Lega Nord (Northern League) is one of the most long-standing parties sitting in the Italian parliament. Deeply-rooted in several regions, the party displays a well-defined ideological outline that guarantees it a place among the range of European far-right forces. Its characterization is the result of a complex history that saw the gradual coalescence of localist-oriented political forces born and evolved in the northern Italian regions since the end of the 1970s. This essay retraces the paths of those forces, reflecting upon their evolutions and variations, examining two of their most characterizing traits: anti-southernism and xenophobia. The former had a pivotal role in the first period of Lega Nord’s existence; whereas the latter became the characteristic trait of the political season in which occurred the passage from the «Martelli» to the «Bossi-Fini» law. The present work outlines how, regardless of what is considered common knowledge by many observers, Lega Nord’s ideology was not an outcome of the erasure of Italian emigration’s memory. On the contrary, the regions in which the party demonstrates the strongest appeal are those that were greatly affected by the post-WWII incoming migratory exodus. It is exactly there, where it is more spread and stronger, that the memory of the emigration has been re-elaborated and re-framed in a xenophobic outlook.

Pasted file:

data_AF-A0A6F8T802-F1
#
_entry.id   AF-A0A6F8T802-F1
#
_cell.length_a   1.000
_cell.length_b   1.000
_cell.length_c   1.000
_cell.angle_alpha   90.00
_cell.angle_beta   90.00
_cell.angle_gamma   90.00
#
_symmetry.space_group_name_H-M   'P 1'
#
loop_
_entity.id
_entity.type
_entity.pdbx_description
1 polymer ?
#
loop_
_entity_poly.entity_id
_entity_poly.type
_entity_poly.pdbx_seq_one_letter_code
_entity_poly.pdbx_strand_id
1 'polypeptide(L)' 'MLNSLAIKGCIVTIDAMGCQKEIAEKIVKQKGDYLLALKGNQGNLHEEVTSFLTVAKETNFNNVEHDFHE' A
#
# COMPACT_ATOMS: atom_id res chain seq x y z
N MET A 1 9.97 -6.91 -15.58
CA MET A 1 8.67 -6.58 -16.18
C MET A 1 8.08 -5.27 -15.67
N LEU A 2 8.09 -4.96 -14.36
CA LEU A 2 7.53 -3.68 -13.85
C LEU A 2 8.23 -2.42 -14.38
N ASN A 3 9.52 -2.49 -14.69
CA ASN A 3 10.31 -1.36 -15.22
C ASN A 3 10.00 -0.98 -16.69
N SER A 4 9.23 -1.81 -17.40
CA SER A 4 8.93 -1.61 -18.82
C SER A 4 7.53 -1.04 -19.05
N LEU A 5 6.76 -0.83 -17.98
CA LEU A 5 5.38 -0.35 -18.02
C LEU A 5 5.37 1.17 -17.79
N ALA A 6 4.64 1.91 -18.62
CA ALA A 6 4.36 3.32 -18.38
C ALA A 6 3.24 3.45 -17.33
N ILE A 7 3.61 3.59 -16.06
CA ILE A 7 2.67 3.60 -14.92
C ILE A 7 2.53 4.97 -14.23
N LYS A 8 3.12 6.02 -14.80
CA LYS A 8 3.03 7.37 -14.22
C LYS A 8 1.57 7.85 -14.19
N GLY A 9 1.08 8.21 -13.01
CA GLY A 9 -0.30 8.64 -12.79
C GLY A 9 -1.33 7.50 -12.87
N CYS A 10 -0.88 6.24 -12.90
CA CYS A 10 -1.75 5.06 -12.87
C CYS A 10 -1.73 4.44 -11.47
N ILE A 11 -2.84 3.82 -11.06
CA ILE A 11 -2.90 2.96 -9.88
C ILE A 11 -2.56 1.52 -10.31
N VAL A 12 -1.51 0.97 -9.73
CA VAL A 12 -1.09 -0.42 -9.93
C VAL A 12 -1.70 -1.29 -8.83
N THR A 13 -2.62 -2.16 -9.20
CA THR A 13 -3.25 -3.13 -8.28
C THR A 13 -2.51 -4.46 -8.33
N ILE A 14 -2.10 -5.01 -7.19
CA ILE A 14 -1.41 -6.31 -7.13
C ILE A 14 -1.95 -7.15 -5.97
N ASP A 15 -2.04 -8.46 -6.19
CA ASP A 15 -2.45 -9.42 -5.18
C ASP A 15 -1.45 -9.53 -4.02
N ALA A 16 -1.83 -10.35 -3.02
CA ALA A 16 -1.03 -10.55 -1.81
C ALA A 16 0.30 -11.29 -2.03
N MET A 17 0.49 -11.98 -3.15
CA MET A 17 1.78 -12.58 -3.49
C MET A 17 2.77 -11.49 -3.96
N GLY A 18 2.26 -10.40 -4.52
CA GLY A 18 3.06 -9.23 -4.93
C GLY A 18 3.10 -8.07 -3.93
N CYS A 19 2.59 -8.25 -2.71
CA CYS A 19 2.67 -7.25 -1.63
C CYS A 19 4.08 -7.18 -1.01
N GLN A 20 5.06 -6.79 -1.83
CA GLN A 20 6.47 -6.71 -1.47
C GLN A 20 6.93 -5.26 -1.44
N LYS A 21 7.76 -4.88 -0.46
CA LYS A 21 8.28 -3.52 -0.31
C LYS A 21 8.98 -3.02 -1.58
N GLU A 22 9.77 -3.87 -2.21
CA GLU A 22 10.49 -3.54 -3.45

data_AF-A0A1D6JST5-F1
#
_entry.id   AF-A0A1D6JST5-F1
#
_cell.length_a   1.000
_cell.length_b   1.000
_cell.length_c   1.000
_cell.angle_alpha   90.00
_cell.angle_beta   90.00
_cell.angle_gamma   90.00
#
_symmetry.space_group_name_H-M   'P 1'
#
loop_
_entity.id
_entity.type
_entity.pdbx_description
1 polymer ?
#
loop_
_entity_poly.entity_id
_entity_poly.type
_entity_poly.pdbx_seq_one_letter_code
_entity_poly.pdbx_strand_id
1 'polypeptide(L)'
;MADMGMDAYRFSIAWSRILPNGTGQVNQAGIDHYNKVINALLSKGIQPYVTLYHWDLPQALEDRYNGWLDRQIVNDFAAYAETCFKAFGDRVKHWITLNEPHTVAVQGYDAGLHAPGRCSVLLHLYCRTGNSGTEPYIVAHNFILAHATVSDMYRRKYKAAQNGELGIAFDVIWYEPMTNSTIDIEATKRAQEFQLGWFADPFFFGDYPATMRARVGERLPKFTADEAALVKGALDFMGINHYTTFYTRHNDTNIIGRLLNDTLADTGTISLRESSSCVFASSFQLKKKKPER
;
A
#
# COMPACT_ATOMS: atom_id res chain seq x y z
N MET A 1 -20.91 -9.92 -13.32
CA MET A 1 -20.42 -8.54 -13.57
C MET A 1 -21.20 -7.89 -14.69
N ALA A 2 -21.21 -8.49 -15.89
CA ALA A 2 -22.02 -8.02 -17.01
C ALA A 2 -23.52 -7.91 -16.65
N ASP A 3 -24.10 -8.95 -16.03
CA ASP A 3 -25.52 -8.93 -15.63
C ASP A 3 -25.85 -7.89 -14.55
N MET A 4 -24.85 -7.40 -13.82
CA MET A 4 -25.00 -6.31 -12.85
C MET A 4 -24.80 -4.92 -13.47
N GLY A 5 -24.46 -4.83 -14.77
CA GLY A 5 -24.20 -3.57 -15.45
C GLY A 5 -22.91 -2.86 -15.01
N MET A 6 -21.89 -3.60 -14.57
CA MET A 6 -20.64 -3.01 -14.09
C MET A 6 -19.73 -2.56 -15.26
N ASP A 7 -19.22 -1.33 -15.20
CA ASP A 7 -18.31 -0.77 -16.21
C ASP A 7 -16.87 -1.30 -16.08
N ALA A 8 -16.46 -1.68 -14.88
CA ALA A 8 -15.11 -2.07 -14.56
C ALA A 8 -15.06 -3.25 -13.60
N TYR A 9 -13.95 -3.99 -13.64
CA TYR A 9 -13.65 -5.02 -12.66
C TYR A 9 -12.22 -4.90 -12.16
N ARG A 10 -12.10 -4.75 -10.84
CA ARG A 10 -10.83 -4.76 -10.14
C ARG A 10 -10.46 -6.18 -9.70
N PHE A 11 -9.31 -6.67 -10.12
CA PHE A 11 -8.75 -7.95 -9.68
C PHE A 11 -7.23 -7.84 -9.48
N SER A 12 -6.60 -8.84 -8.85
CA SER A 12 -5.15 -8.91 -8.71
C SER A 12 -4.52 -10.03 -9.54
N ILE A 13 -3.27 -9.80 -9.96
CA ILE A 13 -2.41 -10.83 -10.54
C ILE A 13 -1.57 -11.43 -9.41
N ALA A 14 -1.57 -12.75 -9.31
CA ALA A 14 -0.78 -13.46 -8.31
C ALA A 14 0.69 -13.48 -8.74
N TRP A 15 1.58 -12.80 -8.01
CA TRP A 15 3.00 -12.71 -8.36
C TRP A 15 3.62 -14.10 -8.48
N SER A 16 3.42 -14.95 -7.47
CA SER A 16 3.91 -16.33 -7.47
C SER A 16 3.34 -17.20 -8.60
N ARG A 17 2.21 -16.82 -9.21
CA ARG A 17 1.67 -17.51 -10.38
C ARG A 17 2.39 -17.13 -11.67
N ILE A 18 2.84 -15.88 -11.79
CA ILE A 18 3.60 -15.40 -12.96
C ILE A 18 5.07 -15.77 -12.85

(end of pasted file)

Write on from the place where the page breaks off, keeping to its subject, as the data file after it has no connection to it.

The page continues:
Keywords: Northern League; Migrations; Anti-Southernism; Xenophobia; Racism.